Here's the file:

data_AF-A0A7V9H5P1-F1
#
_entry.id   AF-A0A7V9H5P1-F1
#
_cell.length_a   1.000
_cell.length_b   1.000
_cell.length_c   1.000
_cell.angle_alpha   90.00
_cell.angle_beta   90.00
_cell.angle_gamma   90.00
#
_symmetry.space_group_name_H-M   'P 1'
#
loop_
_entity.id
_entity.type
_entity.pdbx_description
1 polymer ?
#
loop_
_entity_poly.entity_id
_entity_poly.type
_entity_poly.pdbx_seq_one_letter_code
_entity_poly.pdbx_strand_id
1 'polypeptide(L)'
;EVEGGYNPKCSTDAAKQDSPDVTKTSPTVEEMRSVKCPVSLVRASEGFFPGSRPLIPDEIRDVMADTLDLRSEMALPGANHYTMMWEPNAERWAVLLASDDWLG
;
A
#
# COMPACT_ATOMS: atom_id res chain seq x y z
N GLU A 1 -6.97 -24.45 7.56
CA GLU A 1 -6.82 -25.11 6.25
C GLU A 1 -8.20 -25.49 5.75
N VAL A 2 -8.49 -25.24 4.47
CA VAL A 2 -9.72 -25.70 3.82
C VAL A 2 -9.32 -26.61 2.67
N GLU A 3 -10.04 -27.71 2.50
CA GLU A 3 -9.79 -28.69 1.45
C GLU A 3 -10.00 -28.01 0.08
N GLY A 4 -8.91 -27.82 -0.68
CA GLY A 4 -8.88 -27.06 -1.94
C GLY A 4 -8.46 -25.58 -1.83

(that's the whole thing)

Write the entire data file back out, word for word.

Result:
data_AF-A0A7V9H5P1-F1
#
_entry.id   AF-A0A7V9H5P1-F1
#
_cell.length_a   1.000
_cell.length_b   1.000
_cell.length_c   1.000
_cell.angle_alpha   90.00
_cell.angle_beta   90.00
_cell.angle_gamma   90.00
#
_symmetry.space_group_name_H-M   'P 1'
#
loop_
_entity.id
_entity.type
_entity.pdbx_description
1 polymer ?
#
loop_
_entity_poly.entity_id
_entity_poly.type
_entity_poly.pdbx_seq_one_letter_code
_entity_poly.pdbx_strand_id
1 'polypeptide(L)'
;EVEGGYNPKCSTDAAKQDSPDVTKTSPTVEEMRSVKCPVSLVRASEGFFPGSRPLIPDEIRDVMADTLDLRSEMALPGANHYTMMWEPNAERWAVLLASDDWLG
;
A
#
# COMPACT_ATOMS: atom_id res chain seq x y z
N GLU A 1 -6.97 -24.45 7.56
CA GLU A 1 -6.82 -25.11 6.25
C GLU A 1 -8.20 -25.49 5.75
N VAL A 2 -8.49 -25.24 4.47
CA VAL A 2 -9.72 -25.70 3.82
C VAL A 2 -9.32 -26.61 2.67
N GLU A 3 -10.04 -27.71 2.50
CA GLU A 3 -9.79 -28.69 1.45
C GLU A 3 -10.00 -28.01 0.08
N GLY A 4 -8.91 -27.82 -0.68
CA GLY A 4 -8.88 -27.06 -1.94
C GLY A 4 -8.46 -25.58 -1.83